Hamas’s invasion of Israel has once again brought attention to the Palestine problem. The routine of Israel oppressing the Palestinians while simultaneously stealing their land has once again been interrupted by outright war.
For over 75 years our government, parroting the United States, declares that a Palestinian state can only be achieved by direct negotiations with Israel, independent of third parties. This puts the Palestinians in an impossible position. All the negotiating leverage lies with Israel. Israel has the finest army in the region, replete with nuclear weapons and the support of the most powerful nation in the world. And it controls virtually all the land along with, of no small importance in this region, the water resources.
The Palestinians have no military and control little. Asking them to negotiate with the party that holds all the cards is asking them to sit at the table and accept any crumbs they are offered, to negotiate on their knees. To submit.
This was amply demonstrated by the late, unlamented Oslo Accords. In 2001, the Norwegian Ministry of Foreign Affairs commissioned an official history of the Norwegian-mediated negotiations. The report concluded, “… the Oslo process was conducted on Israel’s premises, with Norway acting as Israel’s helpful errand boy. … Israel’s red lines were the ones that counted, and if the Palestinians wanted a deal, they would have to accept them, too.”
Some Palestinians intend to neither submit nor wait for a third party—the U.S. being the key candidate—to push Israel into a just agreement. They are told their enemy has the right to defend itself; they assume the same right.
But how to fight a vastly superior military? How does a weak people fight a strong state. One answer is terrorism. Peter Ustinov once quipped, “Terrorism is the war of the poor, war is the terrorism of the rich.” Or as Sayeed Siyam of Hamas has said, “we do not own Apache helicopters ourselves, so we use our own methods.”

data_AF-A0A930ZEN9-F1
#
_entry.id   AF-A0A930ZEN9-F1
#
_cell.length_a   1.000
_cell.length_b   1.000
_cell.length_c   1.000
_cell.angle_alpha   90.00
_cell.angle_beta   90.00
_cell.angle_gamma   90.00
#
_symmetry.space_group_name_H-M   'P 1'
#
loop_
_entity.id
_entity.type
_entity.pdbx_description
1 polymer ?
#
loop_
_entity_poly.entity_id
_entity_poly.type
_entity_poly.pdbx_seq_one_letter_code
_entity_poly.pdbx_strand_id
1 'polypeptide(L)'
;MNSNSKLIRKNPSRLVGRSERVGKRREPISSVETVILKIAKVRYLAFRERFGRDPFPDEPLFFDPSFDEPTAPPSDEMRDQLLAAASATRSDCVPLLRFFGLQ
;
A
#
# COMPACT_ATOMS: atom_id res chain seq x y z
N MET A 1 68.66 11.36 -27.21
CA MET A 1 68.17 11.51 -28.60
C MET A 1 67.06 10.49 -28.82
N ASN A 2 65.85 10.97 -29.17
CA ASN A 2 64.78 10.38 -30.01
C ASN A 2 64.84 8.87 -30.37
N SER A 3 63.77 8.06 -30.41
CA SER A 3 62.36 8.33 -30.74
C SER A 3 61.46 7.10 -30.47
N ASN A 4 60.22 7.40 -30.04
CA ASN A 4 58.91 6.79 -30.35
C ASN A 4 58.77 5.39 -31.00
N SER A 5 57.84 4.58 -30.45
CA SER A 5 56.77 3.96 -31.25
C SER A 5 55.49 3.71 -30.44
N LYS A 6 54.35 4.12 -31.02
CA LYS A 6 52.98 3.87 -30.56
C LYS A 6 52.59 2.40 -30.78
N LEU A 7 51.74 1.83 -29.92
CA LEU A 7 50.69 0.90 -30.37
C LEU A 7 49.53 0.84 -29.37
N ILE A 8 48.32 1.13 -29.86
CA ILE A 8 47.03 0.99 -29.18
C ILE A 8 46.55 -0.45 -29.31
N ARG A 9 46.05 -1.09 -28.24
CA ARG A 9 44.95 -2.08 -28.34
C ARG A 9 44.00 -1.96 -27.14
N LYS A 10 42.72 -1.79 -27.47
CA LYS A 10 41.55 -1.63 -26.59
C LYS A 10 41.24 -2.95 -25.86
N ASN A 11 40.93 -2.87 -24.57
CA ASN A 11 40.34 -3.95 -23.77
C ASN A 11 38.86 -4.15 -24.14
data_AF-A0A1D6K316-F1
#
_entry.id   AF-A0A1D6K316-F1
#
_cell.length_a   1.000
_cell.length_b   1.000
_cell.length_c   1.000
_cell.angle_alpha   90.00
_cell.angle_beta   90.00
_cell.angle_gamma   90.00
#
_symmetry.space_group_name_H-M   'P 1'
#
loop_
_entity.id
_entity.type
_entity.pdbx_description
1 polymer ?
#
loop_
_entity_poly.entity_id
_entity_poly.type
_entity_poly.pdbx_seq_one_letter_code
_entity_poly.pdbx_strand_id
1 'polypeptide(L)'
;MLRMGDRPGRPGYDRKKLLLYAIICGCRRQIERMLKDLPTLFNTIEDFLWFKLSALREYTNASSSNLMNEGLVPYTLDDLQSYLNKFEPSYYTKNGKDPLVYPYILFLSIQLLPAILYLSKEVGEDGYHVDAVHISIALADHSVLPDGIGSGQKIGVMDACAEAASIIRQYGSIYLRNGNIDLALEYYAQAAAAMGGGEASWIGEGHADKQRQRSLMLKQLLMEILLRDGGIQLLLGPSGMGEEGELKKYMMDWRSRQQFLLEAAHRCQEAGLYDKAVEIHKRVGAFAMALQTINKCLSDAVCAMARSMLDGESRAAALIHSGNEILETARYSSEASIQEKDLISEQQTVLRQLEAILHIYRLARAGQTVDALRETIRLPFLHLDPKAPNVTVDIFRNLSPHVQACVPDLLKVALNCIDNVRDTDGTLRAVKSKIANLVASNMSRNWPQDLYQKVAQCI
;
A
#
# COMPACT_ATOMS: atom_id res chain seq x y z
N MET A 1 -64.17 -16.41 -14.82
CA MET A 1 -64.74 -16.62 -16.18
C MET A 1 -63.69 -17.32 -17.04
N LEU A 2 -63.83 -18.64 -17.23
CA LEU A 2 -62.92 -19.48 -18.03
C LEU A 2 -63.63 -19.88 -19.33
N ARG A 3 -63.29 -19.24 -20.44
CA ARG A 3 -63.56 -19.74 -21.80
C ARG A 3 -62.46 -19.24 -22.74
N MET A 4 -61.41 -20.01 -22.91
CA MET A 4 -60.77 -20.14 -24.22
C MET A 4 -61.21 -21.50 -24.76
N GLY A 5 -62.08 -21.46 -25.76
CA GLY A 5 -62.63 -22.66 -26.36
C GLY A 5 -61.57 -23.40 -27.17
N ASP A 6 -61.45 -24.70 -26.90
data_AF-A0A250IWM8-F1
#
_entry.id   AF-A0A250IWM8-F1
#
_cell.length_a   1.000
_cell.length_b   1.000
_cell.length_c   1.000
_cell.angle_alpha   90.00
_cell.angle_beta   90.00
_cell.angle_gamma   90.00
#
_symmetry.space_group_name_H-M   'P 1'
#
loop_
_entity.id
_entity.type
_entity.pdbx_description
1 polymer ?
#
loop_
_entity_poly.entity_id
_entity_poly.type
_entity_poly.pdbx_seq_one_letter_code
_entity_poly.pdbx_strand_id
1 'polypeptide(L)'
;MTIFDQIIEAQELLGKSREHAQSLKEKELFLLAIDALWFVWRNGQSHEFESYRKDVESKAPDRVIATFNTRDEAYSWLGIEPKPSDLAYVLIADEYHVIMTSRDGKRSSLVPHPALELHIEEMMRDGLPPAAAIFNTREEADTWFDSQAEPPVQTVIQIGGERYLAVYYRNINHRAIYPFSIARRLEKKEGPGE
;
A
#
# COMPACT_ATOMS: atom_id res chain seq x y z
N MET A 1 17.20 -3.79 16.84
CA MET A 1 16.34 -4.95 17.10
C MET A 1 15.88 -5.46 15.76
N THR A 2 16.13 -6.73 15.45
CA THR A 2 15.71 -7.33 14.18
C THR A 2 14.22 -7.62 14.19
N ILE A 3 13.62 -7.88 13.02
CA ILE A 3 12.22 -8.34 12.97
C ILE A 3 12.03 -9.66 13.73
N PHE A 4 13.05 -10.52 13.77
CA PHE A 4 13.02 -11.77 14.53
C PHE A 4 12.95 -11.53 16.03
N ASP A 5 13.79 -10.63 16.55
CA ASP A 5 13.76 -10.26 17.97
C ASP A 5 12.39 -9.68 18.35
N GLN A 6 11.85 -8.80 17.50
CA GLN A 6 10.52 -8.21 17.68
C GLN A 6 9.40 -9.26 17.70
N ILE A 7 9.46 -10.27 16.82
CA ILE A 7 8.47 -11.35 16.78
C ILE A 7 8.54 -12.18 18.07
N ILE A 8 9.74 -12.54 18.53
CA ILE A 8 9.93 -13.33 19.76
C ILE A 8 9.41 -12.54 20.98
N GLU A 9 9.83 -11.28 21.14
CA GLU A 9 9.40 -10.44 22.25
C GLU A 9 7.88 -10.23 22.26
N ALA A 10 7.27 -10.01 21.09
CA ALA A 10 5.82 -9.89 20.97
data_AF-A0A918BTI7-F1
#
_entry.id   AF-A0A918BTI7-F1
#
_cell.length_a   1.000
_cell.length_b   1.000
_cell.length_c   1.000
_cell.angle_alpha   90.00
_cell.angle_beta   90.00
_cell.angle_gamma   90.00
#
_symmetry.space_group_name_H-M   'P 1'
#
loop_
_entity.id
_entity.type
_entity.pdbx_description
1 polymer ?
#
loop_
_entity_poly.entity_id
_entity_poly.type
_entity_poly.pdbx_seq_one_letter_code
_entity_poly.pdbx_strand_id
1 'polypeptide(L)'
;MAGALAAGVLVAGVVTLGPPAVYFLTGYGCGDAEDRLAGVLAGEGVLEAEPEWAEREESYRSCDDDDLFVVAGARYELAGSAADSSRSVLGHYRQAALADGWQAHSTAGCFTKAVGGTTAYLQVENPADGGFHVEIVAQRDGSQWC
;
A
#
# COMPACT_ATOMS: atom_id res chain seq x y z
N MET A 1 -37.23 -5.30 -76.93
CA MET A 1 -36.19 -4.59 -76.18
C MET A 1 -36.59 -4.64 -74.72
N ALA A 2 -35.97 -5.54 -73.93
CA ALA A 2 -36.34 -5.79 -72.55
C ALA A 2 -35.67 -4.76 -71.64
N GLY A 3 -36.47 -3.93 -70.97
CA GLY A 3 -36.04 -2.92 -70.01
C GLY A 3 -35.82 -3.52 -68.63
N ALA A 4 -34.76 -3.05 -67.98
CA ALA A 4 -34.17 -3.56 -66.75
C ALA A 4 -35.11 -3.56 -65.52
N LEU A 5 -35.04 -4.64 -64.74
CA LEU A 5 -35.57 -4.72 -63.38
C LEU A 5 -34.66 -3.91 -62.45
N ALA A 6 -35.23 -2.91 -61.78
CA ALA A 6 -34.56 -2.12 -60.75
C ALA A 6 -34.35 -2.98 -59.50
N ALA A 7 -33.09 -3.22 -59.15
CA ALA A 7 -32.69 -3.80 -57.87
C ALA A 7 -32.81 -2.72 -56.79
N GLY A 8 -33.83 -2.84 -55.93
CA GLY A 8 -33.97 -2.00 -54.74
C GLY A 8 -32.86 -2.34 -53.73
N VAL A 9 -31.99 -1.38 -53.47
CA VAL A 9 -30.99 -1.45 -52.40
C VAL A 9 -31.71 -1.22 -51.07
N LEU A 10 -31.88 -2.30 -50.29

Not that only the weak use terror, of course. The two greatest terrorist attacks in history, the nuclear bombings of Hiroshima and Nagasaki, were carried out by a powerful democratic state. And not only terrorists inflict death and suffering on civilians as wars in Vietnam, Iraq and Afghanistan have shown.
In any case, yes, Hamas’s invasion with its killing and capturing of civilians includes a large measure of terrorism. It can no more be justified than Israel’s generational oppression of the Palestinians.
So I can support neither Hamas nor Israel. My sympathies lie with the Israeli civilians who have suffered and died from the invasion and with the Palestinian civilians who must live under the boot of their fellow Semites.
Israel will “win” the war. It will kill many Palestinians and destroy much of their property and then we will return to the status quo. Israel will continue to oppress the Palestinians, steal their land, and lock the Gazans in their prison. Unless …
Unless Hamas achieves what some pundits claim is its main objective.
They suggest that Hamas directed its attack on the current negotiations between the U.S. and Saudi Arabia to normalize the relationship between the Saudis and the Israelis according to the Abraham Accords. Hamas, the theory goes, is attempting to force the Saudis to include the Palestinians’ interests in the deal.
If Hamas is successful, the Palestinians may indeed profit from this carnage, a thoroughly justifiable profit, a profit too long waited for. It will be a tragedy, nonetheless, if this is what it takes to bring justice for these beleaguered people.